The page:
Sim Soo-bong

  (Redirected from Shim Soo-bong)

Sim Min-kyung[1] (born August 24, 1950) is South Korean singer known professionally as Sim Soo-bong. When she was a senior at Myongji University, she debuted in 1978 through MBC College Song Contest (Korean: MBC 대학가요제) at which she performed her self-composed song "Geuddae Geu Saram" (그때 그사람). She was one of the witnesses of the 1979 assassination of South Korean president Park Chung-hee.

Sim Soo-bong
Shim Soo-Bong.jpg
Background information
Birth nameSim Min-kyung
Born (1950-08-24) August 24, 1950 (age 70)
OriginSeosan, South Chungcheong
Occupation(s)Singer, songwriter
Years active1978–present
Birth name
Revised RomanizationSim Min-gyeong
McCune–ReischauerSim Min-gyŏng
Stage name
Revised RomanizationSim Su-bong
McCune–ReischauerSim Su-bong

Personal lifeEdit

She was born to a Korean traditional folk song collector, Sim Jae-deok, who was a Korean traditional music lecturer in Ewha Womans University. He died when Sim was 3 years old. Her uncle, Sim Sa-geon, was a Pansori singer and her aunt, Sim Hwa-yeong, was a traditional dancer, Seungmu. Her mother had been a student of her father.

Sim learned to play the piano when she was an elementary school student in Seosan, and later she came to Seoul and attended Eunro Elementary School in Heukseok-dong after her mother had been divorced from a second husband. By 13, she was adept at playing drum, piano, and guitar.[1]

At that time, she suffered from an unknown disease causing her to quit school. She retreated to a small island near Incheon, and her mother devoted herself to a new cult. She graduated from Inhwa Women's High School in Incheon.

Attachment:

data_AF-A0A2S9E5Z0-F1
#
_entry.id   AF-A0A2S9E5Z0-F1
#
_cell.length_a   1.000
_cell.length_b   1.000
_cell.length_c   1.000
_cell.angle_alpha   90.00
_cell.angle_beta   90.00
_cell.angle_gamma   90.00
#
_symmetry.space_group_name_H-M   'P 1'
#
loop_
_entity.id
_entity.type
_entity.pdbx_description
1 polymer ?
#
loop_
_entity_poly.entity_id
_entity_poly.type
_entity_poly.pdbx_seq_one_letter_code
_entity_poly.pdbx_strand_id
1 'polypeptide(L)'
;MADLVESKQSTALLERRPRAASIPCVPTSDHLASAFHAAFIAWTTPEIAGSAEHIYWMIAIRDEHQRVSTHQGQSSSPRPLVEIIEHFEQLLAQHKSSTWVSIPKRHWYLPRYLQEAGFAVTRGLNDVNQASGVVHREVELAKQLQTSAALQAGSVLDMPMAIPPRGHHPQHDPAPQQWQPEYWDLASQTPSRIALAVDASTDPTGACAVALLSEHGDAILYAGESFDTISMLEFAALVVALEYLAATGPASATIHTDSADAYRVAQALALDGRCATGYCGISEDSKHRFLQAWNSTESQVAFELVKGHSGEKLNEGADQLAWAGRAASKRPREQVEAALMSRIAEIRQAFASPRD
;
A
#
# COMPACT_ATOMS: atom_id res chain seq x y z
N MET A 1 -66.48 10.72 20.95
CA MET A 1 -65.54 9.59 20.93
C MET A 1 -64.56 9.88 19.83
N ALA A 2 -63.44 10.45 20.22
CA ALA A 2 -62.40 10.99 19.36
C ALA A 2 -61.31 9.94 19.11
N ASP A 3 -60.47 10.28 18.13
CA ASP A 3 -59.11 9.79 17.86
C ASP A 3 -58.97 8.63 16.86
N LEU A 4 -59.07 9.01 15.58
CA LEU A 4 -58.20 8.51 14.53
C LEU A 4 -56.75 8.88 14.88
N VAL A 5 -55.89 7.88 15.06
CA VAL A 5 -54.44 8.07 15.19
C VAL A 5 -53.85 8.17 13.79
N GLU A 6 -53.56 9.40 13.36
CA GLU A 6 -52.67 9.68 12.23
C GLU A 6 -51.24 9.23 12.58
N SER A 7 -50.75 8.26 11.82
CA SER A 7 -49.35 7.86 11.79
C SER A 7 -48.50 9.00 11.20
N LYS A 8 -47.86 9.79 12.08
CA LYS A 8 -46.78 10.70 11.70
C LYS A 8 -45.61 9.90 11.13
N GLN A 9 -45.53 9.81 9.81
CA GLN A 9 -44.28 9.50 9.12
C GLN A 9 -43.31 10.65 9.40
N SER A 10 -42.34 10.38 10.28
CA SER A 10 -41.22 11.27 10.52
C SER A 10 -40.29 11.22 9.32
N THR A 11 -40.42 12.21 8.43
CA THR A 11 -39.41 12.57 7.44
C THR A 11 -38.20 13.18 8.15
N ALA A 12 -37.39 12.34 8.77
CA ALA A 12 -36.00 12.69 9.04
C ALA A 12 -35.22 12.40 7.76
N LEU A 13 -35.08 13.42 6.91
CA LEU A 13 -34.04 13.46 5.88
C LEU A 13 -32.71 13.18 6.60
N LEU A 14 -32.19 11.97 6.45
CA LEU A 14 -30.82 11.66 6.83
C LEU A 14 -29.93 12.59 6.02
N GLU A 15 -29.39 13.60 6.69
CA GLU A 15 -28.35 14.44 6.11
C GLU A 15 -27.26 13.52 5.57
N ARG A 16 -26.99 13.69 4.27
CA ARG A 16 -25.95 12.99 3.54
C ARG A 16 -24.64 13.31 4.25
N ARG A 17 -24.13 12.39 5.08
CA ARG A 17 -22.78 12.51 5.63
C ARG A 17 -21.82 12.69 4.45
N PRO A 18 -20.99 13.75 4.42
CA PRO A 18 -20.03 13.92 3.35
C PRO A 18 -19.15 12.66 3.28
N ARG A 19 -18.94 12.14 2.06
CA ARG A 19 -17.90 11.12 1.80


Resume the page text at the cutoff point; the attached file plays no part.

Career as a singerEdit

She met trot singer Nah Hoon-ah in 1975 who was a top singer at that time. Nah was impressed by her singing and introduced to Sinsegi Records but her album was not able to come out to the market because the record company did not think that it would be successful.

In 1976, Sim applied to Sookmyung Women's University as a composition major but was rejected. In the following year, she was admitted to Myongji University with a major of Business Administration.

In 1978, when she was 23, she appeared with her own song she wrote in MBC College Song Contest, and immediately she got media attention. That year, she made a huge success with her first record which was a new-style trot music.

After witnessing the assassination of Park Chung-heeEdit

She was one of the witnesses of the 1979 assassination of South Korean president Park Chung-hee. Park was a fan of Sim, and Sim had performed for the former president before the assassination.[2] For being a witness to the incident, she was banned from television until 1984.[3] She has said that she was present at his banquet three times. In an interview given during later years, she contested a misconception that he was a fan of enka. When she sang a song by Misora Hibari ("Kanashii Sake"), President Park yelled angrily, "Who brought a Japanese girl?"[4] For the first time, she discussed the incident to the Japanese press in November 2006. Her interview was published in the Asahi Shimbun.[5]

In 2012 Sim admitted that, after the assassination, she had been incarcerated in a prison and then held in a mental institution for nearly a month, before she was released. She was banned from TV and radio until 1981, and was kept under observation for many years.[6]



  1. ^ a b 제목: <사상가 도올이 만난 사람> '10.26현장의 그 여인' 심수봉
  2. ^ "심수봉 "김재규는 무섭게 입을 다물고 있었다"". Archived from the original on January 27, 2007. Retrieved August 25, 2007.
  3. ^ 프로필. at (in Korean). Archived from the original on September 28, 2007. Retrieved August 25, 2007. External link in |work= (help)
  4. ^ "심수봉 "박정희 대통령, 엔카 듣고 화냈다 ("Sim Soo-bong: President Park Chung Hee was Angry Hearing Enka")". at Media Daum (in Korean). Archived from the original on November 16, 2006. Retrieved April 10, 2007. External link in |work= (help)
  5. ^ "가수 심수봉씨, 일 아사히신문에 10·26 비화 공개 ("Singer Sim Soo-bong: Makes Public a Secret Story of 10/26 in Japan's Asahi Shimbun")". at Media Daum (in Korean). Archived from the original on July 12, 2012. Retrieved April 10, 2007. External link in |work= (help)
  6. ^
  7. ^ "2009 Korean Music Festival Winners list" Archived January 27, 2013, at the Wayback Machine. MAMA. Retrieved December 14, 2014.